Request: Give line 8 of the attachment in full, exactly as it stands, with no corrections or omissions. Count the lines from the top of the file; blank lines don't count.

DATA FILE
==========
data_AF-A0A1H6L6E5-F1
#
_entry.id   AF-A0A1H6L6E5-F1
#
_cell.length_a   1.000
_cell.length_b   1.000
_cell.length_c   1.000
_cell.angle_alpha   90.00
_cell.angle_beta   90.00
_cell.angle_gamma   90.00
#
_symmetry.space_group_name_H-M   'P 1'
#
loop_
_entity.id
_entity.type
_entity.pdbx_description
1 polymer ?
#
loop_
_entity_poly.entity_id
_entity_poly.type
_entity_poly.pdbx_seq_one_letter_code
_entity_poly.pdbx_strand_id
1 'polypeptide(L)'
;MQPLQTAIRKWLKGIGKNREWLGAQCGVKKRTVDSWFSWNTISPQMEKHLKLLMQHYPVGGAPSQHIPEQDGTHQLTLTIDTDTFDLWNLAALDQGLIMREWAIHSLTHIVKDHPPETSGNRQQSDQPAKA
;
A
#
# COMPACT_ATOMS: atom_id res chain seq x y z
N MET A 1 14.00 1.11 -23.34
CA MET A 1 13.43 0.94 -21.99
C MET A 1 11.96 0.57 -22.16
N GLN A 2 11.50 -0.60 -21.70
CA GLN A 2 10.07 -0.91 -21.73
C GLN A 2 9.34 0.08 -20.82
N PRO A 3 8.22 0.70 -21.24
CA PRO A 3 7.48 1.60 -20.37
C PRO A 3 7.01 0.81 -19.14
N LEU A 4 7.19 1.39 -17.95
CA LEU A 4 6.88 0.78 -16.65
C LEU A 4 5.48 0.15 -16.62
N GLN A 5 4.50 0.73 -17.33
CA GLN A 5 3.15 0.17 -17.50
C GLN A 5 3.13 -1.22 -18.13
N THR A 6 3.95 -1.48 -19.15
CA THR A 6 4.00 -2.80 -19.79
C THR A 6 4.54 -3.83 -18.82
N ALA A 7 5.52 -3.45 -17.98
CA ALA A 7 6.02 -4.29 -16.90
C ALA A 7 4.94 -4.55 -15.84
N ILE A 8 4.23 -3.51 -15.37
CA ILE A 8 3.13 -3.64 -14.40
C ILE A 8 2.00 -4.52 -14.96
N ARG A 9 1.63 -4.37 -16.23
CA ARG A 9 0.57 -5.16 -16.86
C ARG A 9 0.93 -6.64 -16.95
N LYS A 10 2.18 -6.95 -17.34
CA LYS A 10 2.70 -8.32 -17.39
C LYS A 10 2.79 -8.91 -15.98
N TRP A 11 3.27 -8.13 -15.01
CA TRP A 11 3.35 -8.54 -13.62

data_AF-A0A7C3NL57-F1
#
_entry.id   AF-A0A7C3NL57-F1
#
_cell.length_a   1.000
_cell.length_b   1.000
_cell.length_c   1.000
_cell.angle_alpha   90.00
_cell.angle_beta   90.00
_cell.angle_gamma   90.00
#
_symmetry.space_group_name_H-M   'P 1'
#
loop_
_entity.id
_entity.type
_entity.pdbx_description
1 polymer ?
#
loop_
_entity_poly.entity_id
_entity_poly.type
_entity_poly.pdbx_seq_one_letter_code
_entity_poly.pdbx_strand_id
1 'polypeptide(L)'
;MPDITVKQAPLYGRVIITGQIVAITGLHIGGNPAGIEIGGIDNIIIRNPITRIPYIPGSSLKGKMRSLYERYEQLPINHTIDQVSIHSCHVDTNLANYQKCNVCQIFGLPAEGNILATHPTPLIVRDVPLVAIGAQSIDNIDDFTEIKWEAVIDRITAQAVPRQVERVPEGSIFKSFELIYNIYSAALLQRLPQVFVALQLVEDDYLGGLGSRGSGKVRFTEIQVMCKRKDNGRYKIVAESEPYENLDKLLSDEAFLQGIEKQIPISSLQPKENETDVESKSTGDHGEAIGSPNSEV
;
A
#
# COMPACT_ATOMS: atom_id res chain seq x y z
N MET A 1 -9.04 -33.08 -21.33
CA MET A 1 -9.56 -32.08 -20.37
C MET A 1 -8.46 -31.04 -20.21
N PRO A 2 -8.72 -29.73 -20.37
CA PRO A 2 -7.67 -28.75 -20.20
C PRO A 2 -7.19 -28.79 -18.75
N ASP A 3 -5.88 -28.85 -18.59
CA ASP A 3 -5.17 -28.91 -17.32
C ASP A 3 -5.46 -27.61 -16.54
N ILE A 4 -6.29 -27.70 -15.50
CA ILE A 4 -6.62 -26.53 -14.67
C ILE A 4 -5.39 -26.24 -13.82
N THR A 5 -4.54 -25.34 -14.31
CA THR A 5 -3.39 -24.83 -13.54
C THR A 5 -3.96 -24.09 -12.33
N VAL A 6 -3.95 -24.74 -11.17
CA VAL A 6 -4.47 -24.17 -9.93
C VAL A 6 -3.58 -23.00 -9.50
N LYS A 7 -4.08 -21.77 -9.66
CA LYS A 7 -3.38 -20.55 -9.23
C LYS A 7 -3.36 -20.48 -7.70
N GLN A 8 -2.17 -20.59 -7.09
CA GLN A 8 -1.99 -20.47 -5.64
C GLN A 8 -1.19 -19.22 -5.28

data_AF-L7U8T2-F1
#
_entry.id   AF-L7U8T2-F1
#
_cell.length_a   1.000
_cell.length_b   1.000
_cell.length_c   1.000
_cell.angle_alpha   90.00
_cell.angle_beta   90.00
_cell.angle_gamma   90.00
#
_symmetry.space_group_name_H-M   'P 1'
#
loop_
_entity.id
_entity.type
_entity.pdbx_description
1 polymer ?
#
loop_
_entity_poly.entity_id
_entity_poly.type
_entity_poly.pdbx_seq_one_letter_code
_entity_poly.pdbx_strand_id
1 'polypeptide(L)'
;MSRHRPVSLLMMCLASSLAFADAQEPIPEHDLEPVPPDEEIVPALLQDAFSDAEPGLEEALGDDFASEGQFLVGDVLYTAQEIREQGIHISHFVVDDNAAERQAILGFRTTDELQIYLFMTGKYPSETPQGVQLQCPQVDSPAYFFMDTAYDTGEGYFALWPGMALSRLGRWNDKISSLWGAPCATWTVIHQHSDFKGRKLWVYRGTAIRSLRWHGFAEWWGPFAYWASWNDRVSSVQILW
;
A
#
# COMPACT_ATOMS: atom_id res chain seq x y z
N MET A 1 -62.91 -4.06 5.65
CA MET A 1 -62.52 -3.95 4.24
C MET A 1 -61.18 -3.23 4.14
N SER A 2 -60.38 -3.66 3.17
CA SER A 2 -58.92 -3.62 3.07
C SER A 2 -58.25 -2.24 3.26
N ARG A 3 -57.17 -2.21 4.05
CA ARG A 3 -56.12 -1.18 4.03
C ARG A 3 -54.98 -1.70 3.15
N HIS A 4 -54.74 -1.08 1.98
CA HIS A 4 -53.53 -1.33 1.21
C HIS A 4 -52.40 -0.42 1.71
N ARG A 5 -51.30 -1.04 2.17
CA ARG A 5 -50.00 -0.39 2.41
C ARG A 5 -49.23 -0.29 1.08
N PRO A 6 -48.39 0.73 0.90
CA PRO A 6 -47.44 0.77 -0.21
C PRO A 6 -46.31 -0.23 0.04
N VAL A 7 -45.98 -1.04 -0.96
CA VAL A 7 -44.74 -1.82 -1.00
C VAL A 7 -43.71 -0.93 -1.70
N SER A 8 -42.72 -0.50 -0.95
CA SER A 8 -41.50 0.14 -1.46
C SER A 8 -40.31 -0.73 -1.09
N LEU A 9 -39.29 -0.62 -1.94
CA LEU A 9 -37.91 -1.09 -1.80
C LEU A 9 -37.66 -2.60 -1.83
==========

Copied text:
_cell.angle_alpha   90.00